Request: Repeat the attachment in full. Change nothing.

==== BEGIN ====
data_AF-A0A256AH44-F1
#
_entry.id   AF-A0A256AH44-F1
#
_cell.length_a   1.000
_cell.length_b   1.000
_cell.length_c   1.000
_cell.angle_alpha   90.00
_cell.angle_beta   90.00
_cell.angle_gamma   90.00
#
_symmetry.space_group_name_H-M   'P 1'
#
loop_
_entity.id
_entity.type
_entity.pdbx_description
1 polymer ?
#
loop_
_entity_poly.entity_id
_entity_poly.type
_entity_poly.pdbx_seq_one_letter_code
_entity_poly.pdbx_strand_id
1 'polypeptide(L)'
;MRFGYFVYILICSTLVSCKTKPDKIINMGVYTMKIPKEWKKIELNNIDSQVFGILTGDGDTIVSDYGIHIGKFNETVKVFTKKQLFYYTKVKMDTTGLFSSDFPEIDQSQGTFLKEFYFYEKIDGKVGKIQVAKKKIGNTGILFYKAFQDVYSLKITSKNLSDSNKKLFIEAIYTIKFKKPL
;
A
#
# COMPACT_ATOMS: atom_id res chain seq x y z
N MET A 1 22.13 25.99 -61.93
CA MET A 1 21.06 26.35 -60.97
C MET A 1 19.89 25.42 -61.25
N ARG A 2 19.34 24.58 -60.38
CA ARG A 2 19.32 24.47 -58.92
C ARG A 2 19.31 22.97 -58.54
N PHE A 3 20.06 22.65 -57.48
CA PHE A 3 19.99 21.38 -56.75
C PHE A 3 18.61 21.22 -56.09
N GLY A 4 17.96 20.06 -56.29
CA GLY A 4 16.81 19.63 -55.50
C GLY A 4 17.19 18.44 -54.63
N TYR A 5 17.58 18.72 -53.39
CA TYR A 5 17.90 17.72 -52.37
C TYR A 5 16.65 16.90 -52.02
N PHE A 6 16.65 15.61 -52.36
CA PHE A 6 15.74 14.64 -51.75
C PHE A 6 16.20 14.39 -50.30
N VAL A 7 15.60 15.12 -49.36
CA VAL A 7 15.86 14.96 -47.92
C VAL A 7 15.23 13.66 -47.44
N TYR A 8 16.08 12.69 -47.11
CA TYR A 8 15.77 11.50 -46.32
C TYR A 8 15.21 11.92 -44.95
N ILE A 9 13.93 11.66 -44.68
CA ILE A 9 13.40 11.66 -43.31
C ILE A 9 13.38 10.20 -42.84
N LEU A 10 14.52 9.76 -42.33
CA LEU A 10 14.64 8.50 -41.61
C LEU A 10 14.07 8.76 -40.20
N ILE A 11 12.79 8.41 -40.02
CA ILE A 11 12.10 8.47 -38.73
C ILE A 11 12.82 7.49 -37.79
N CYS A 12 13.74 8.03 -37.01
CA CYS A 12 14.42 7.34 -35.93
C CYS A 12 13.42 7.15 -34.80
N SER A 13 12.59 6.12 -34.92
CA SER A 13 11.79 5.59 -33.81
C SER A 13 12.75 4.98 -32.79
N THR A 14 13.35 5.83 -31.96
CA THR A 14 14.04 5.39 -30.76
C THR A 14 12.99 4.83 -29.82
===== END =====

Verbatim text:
data_AF-A0A256AH44-F1
#
_entry.id   AF-A0A256AH44-F1
#
_cell.length_a   1.000
_cell.length_b   1.000
_cell.length_c   1.000
_cell.angle_alpha   90.00
_cell.angle_beta   90.00
_cell.angle_gamma   90.00
#
_symmetry.space_group_name_H-M   'P 1'
#
loop_
_entity.id
_entity.type
_entity.pdbx_description
1 polymer ?
#
loop_
_entity_poly.entity_id
_entity_poly.type
_entity_poly.pdbx_seq_one_letter_code
_entity_poly.pdbx_strand_id
1 'polypeptide(L)'
;MRFGYFVYILICSTLVSCKTKPDKIINMGVYTMKIPKEWKKIELNNIDSQVFGILTGDGDTIVSDYGIHIGKFNETVKVFTKKQLFYYTKVKMDTTGLFSSDFPEIDQSQGTFLKEFYFYEKIDGKVGKIQVAKKKIGNTGILFYKAFQDVYSLKITSKNLSDSNKKLFIEAIYTIKFKKPL
;
A
#
# COMPACT_ATOMS: atom_id res chain seq x y z
N MET A 1 22.13 25.99 -61.93
CA MET A 1 21.06 26.35 -60.97
C MET A 1 19.89 25.42 -61.25
N ARG A 2 19.34 24.58 -60.38
CA ARG A 2 19.32 24.47 -58.92
C ARG A 2 19.31 22.97 -58.54
N PHE A 3 20.06 22.65 -57.48
CA PHE A 3 19.99 21.38 -56.75
C PHE A 3 18.61 21.22 -56.09
N GLY A 4 17.96 20.06 -56.29
CA GLY A 4 16.81 19.63 -55.50
C GLY A 4 17.19 18.44 -54.63
N TYR A 5 17.58 18.72 -53.39
CA TYR A 5 17.90 17.72 -52.37
C TYR A 5 16.65 16.90 -52.02
N PHE A 6 16.65 15.61 -52.36
CA PHE A 6 15.74 14.64 -51.75
C PHE A 6 16.20 14.39 -50.30
N VAL A 7 15.60 15.12 -49.36
CA VAL A 7 15.86 14.96 -47.92
C VAL A 7 15.23 13.66 -47.44
N TYR A 8 16.08 12.69 -47.11
CA TYR A 8 15.77 11.50 -46.32
C TYR A 8 15.21 11.92 -44.95
N ILE A 9 13.93 11.66 -44.68
CA ILE A 9 13.40 11.66 -43.31
C ILE A 9 13.38 10.20 -42.84
N LEU A 10 14.52 9.76 -42.33
CA LEU A 10 14.64 8.50 -41.61
C LEU A 10 14.07 8.76 -40.20
N ILE A 11 12.79 8.41 -40.02
CA ILE A 11 12.10 8.47 -38.73
C ILE A 11 12.82 7.49 -37.79
N CYS A 12 13.74 8.03 -37.01
CA CYS A 12 14.42 7.34 -35.93
C CYS A 12 13.42 7.15 -34.80
N SER A 13 12.59 6.12 -34.92
CA SER A 13 11.79 5.59 -33.81
C SER A 13 12.75 4.98 -32.79
N THR A 14 13.35 5.83 -31.96
CA THR A 14 14.04 5.39 -30.76
C THR A 14 12.99 4.83 -29.82